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OC-9 Well child care in europe – an inter-country comparison using unified modelling language (UML) methods
  1. Daniela Luzi1,
  2. Fabrizio Pecoraro1,
  3. Michael Rigby2,
  4. Oscar Tamburis1,
  5. Mitch Blair2
  1. 1National Research Council, Institute for Research on Population and Social Policies, Rome, Italy
  2. 2Section of Paediatrics, Imperial College London, UK

Abstract

Background and aims One of the main objectives of the ?Models of Child Health Appraised (MOCHA) project ?(www.?childhealthservicemodels.eu) is to appraise the existing primary child health care system models in 30 European countries. In each country routine screening and physical examinations are used to monitor how a child grows and develops, and provide a means of early detection of children with physical and/or mental diseases such as ADHD, autism, severe visual and/or hearing impairments. These “well-child” visits are scheduled at specific ages, the frequency and content varying according to the child’s age, national guidelines and the type of care provider.

The aim of this work is to provide a snapshot of the diverse professionals who interact with the child in the execution of specific examinations in the different countries, also analysing which are the main conditions that each country focuses on at the different age groups.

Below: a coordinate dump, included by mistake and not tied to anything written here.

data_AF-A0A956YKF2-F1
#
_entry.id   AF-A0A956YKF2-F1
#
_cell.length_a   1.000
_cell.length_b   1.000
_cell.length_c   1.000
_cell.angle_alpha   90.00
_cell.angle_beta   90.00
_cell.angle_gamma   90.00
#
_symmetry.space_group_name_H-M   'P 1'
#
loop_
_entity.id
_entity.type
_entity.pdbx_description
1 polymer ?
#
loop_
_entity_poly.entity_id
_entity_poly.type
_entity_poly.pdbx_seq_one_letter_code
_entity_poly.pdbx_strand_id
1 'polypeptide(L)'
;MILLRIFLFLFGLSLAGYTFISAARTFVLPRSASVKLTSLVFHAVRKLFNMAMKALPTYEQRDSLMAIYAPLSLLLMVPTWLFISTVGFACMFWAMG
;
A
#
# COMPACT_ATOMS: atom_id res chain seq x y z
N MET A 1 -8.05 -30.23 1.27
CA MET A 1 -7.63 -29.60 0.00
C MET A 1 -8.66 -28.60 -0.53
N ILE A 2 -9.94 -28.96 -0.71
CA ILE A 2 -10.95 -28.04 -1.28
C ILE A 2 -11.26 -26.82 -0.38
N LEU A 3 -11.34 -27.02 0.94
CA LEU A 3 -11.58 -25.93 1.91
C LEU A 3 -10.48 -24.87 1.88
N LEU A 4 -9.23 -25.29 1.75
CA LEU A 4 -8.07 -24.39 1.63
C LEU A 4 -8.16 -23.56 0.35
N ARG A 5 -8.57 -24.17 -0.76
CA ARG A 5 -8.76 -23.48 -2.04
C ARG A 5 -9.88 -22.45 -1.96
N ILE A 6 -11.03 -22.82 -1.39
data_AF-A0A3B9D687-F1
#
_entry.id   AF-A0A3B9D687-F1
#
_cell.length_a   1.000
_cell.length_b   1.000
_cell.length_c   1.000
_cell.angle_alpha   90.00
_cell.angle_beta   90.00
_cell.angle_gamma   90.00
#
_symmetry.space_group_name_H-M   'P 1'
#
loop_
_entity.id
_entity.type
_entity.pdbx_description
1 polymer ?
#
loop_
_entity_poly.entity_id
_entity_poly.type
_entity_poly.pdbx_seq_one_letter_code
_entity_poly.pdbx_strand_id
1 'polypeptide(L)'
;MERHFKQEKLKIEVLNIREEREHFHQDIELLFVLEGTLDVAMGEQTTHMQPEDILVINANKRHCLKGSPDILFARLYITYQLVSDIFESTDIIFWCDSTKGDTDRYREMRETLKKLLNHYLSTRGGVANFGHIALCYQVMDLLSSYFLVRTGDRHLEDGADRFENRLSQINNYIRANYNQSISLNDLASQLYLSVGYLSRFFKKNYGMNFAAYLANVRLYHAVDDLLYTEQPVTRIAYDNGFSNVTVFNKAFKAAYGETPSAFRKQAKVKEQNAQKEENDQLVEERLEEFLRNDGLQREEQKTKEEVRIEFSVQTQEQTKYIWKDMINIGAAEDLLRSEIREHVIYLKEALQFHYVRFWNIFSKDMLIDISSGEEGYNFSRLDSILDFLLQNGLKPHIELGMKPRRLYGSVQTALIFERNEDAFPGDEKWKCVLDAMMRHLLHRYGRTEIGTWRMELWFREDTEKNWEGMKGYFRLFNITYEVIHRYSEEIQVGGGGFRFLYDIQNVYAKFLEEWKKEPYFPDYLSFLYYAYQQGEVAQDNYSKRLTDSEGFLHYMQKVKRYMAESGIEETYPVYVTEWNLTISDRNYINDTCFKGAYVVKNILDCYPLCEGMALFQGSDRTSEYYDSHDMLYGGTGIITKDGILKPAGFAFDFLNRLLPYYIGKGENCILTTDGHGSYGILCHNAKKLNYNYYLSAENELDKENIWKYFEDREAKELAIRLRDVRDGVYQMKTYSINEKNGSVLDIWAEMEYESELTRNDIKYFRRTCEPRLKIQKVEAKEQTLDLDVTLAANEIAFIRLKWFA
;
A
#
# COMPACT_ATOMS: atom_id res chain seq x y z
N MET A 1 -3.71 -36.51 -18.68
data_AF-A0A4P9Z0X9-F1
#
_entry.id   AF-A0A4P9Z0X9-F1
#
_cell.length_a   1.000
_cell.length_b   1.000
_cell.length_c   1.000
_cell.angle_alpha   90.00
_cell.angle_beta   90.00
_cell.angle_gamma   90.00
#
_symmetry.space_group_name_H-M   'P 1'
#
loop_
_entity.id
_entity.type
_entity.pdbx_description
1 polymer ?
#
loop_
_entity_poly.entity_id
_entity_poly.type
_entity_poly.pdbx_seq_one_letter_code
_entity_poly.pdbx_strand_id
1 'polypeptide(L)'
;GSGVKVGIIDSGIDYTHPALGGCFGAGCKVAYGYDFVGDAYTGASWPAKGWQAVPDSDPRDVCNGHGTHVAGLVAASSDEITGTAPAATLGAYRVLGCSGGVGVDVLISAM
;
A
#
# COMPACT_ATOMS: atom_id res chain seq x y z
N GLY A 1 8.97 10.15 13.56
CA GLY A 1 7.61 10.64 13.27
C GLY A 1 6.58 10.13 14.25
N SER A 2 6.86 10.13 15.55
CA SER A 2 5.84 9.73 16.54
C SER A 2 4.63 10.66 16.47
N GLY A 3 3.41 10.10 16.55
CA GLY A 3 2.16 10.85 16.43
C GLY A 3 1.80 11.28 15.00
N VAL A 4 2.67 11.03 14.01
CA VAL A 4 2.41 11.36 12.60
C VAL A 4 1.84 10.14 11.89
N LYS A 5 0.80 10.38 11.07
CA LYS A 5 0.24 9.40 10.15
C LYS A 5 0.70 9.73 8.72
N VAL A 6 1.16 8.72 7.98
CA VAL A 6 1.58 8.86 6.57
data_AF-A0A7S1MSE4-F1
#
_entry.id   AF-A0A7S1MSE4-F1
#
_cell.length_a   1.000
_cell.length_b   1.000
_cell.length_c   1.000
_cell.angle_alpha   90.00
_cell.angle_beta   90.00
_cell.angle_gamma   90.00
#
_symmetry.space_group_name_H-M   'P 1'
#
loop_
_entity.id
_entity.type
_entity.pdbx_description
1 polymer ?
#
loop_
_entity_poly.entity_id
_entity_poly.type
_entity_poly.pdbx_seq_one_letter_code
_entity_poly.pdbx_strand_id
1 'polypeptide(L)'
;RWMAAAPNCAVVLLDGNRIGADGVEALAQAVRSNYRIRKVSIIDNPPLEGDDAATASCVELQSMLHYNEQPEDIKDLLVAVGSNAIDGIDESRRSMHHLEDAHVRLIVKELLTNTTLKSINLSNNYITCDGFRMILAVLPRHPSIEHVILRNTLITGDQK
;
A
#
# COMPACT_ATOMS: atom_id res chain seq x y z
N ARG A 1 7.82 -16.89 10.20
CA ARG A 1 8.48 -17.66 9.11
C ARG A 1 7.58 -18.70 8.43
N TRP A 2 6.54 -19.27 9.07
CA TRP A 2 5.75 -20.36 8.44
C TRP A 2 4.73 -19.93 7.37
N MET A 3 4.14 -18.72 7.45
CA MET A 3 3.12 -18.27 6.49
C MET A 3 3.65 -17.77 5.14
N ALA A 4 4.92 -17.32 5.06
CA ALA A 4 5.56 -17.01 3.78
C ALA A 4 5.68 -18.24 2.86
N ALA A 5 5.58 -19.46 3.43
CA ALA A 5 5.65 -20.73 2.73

Methods This work was carried out by analysis of a questionnaire sent to the MOCHA Country Agents which aimed to gather data about the ages and content of routine screening and physical examination programmes performed in each country, by age categories: 0–11 months, 1–4 years, 5–10 years, 11–18 years. On the basis of these data, a UML (Unified Modelling Language) use case diagram was constructed to give a functional diagrammatic picture of the actors involved across the 30 countries.

Results This analysis has provided a functional diagrammatic picture as well as a word description of each primary health delivery model highlighting the main differences among countries highlighting: 1) the schedule of each examinations designed to detect physical or mental diseases early; 2) the professional who delivers them; 3) to which setting the health professional belongs; and 4) where these services are usually delivered. A snapshot of the different providers involved in each country is shown in the UML use case diagram reported in the figure.

Conclusions The use of UML as a framework to support the analysis of different country well child care systems is a unique contribution to scientific appraisal methods in this field. It will be used to identify the main strengths of children primary care services and highlight potential gaps in the varying structures and processes of care that exist.

Acknowledgment This study is part of the Horizon 2020 MOCHA project. Grant agreement no. 6 34 201.

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